Death of Star Trek Actor Highlights Concerns About Faulty Electronic Shifters | TheDetroitBureau.com
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Death of Star Trek Actor Highlights Concerns About Faulty Electronic Shifters

Anton Yelchin reportedly driving recalled Jeep Grand Cherokee.

by on Jun.20, 2016

Actor Anton Yelchin was best known for his role as a young Pavel Chekov in the Star Trek reboot.

It could take months to complete the investigation into the accidental death of Anton Yelchin, the 27-year-old actor best known for his role in several recent Star Trek movies – but it appears that the vehicle involved in his death was a 2015 Jeep Grand Cherokee, an SUV recently recalled because of problems with its electronic shifter.

A Los Angeles coroner’s spokesman said the cause of death was “blunt force asphyxia” in which the actor was pinned against a gate at his home. The vehicle appears to have been one of the models involved in a large recall initiated by Jeep parent Fiat Chrysler Automobiles in April.

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FCA recalled three different models — covering a total of 1.1 million vehicles — following an investigation by the National Highway Traffic Safety Administration. The agency found the shifter could confuse motorists by not giving clear feedback as to what gear the automatic transmission was in.

That wasn’t the first time NHTSA has had to address the issue of faulty gear shifters. There have been problems with a number of mechanical shifters over the years, some slipping out of the Park position unintentionally. But experts are growing particularly concerned about the newest generation of electronic shifters that are being described as “unintuitive” in their design and operation.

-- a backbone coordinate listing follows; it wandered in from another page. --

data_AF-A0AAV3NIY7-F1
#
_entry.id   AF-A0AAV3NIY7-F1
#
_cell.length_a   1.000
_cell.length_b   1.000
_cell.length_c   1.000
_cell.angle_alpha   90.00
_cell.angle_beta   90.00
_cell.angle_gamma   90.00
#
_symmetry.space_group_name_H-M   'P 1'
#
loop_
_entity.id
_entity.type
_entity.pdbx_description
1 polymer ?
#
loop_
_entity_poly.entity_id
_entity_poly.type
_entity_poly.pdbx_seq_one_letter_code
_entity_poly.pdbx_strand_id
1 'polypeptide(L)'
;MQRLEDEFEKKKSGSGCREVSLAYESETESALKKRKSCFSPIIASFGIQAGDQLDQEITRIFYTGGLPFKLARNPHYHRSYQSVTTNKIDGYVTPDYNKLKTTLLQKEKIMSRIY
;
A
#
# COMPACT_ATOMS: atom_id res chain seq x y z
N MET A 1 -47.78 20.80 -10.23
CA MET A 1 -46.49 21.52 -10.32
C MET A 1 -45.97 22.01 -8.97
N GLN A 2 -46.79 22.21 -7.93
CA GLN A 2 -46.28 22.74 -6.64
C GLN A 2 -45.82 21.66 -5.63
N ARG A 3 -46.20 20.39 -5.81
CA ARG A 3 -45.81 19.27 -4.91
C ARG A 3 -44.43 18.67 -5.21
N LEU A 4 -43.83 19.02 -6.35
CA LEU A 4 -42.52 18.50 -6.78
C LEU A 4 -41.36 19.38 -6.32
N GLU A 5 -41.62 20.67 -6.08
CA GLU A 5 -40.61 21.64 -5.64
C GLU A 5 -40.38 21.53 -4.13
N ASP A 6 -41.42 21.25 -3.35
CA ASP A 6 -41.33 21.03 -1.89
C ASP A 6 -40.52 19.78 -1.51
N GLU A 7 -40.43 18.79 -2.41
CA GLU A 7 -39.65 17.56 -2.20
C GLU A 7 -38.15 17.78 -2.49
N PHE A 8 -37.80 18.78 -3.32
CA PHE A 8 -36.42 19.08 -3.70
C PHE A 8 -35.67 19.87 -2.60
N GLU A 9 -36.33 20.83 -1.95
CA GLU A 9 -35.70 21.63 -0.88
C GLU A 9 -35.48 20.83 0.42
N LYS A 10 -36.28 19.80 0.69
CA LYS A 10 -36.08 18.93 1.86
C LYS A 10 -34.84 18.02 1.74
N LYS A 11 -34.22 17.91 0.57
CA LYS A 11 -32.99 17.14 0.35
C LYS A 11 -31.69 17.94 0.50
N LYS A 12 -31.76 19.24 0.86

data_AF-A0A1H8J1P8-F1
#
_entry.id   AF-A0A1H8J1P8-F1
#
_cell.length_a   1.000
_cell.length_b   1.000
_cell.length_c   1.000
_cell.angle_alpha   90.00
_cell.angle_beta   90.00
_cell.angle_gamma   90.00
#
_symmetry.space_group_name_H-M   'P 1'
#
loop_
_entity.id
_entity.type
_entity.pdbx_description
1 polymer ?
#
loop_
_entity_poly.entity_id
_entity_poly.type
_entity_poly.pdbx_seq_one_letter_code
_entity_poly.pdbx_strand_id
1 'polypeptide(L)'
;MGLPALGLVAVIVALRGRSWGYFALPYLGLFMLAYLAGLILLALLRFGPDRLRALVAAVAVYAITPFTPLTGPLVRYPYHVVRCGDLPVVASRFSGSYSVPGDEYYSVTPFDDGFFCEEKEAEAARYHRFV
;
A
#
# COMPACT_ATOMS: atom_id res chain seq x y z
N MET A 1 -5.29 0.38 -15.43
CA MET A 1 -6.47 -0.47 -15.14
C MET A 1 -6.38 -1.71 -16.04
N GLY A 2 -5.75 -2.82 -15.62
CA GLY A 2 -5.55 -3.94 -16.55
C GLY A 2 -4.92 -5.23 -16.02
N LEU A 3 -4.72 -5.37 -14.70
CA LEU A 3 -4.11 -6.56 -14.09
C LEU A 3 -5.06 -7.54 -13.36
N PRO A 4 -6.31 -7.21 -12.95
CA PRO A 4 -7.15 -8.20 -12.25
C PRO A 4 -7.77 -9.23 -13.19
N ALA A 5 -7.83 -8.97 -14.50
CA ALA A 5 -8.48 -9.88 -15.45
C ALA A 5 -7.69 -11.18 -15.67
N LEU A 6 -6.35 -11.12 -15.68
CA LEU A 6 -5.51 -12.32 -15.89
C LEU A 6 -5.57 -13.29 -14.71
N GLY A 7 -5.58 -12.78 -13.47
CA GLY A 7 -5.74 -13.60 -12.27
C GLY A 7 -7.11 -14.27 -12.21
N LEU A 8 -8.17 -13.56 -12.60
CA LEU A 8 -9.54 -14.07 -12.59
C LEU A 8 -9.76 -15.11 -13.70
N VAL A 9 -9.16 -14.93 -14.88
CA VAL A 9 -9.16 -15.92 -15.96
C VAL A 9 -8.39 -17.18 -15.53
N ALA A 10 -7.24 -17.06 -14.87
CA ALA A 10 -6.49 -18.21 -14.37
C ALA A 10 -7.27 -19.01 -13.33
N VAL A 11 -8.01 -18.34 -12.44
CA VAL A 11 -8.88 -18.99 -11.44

Federal safety regulators recalled three FCA models, including the Jeep Grand Cherokee, due to problems with the transmission shifting mechanism.

“The whole electronic shifter issue is a real concern right now,” said David Cole, director-emeritus for the Center for Automotive Research, or CAR, in Ann Arbor, Michigan. “People may think they’ve shifted the car into Park but it’s not.”

(Millions more vehicles recalled due to deadly Takata airbag defect. Click Here for more.)

Traditional shifters have a direct mechanical connection to the transmission. The shift lever is designed to move forward or back into a dedicated position for each gear. There have been problems over the years with faulty shifters that could inadvertently slip from one gear to another, with recalls involving a wide range of manufacturers including Ford, General Motors and Nissan, among others.

But the problem of mis-shifting has become notably worse, according to experts, as the industry has migrated to so-called shift-by-wire, or electronic shift systems. Here, there is only an electrical link between transmission and shifter.

There are a number of potential advantages. Electronic shifters can safe space. And they’re lighter, something that contributes to efforts to improve fuel economy. They can adopt non-traditional forms. Jaguar is one of several makers to adopt a rotary dial shifter. Lincoln uses push buttons on the instrument panel on some models. Mercedes-Benz and BMW use finger-length stalks on the steering column.